But I digress. We'll have ample time to discuss that train wreck a couple paragraphs further down. Chakusin Ari is another entry in the "cursed technology" genre by prominent J-Horror director Takashi Miike (who revolted audiences everywhere with Audition in 1999) and while it's certainly not the best of them (that, for my purposes, would be a tie between Ju-On 2 and Ringu 2), it really packs a wallop when it wants to.

The great thing about Japanese horror films is their subtlety. Sure, they could throw shrieking pale ghosts at the camera and call it a day, but what they choose to do instead is so much more impactful in its minimalism. A snakelike pale arm snaking around a human body when it patently shouldn't be there is certainly no jump scare, but it'll send chills so far down your spine that your couch gets nervous.

Anyway, Chakushin Ari is about Yumi Nakamura (Ko Shibasaki), a young woman who watches her friends fall one by one to a curse in which their phone plays a creepy ringtone and they get a message from themselves in the future saying exactly what they're going to say before their untimely demise, at which point the curse is passed on to somebody in their phone book. It's a convoluted mythology but it makes enough sense when you're watching it.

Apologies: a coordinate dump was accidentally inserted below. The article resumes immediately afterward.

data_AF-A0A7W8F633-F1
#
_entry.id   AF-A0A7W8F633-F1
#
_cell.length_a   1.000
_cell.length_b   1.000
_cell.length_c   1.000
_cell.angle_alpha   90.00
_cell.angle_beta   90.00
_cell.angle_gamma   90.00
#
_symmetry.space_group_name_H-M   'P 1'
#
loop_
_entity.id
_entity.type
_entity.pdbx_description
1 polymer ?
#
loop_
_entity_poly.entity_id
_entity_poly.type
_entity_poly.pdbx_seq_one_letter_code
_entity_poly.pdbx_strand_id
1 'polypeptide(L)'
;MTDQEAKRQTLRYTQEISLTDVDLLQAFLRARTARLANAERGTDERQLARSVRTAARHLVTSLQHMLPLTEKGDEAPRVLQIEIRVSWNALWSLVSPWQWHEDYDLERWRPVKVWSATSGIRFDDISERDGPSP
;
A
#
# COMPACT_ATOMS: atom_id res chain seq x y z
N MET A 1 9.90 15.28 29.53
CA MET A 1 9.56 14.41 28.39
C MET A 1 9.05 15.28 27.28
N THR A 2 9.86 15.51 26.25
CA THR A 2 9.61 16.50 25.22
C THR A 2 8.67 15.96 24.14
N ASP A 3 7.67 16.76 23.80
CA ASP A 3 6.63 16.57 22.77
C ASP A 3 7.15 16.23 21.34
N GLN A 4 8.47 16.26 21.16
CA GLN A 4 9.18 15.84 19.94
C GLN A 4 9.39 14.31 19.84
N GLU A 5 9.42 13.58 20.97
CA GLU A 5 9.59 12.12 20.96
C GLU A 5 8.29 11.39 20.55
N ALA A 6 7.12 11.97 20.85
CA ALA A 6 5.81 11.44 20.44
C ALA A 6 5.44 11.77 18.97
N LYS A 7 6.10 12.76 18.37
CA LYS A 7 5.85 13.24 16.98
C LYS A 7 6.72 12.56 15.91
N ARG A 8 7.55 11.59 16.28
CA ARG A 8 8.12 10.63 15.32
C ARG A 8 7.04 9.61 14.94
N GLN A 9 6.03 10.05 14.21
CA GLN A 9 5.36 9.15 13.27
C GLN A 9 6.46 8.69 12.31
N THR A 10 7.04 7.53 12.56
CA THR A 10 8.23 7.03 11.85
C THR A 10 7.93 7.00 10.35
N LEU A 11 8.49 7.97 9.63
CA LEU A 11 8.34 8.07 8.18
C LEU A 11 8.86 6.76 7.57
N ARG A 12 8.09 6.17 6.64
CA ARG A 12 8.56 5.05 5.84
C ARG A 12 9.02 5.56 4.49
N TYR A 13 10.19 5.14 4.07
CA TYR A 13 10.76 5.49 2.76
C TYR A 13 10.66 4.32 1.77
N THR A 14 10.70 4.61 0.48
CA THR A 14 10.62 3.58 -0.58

As she struggles to uncover the mystery, her friends fall one by one until she herself gets the fateful call. The clock is ticking as she nears the source of the curse. Once again, much like The Ring and The Grudge, the key to unlocking the mystery lies in a twisted family secret and an angry ghost with stringy black hair.

So perhaps not the most original plot line of them all, but the concept is fun, the ringtone is a great creepy motif that wraps you up like a boa constrictor, and the main plot wraps up fairly quickly, leaving a good half an hour at the end free to be filled with batsh*t insane Japanese nightmare fuel.

The ending is nonsensical and the second act is a deathly dull procedural, but the scare sequences are still enough to make me shut my closet door at night and the convoluted mythology (involving child abuse lectures, candy, and cell phone plans) pretty much all comes together in the end.

I'm only grading it down for the sheer length, because to tell you the truth there's very few things more terrifying than a Japanese ghost thriller bringing its A game. I'd suggest it to anybody who enjoyed the Ring and Grudge movies and are looking for a new outlet for surreal terror. Also the cheerful pop song that plays over the closing credits is a stroke of genius.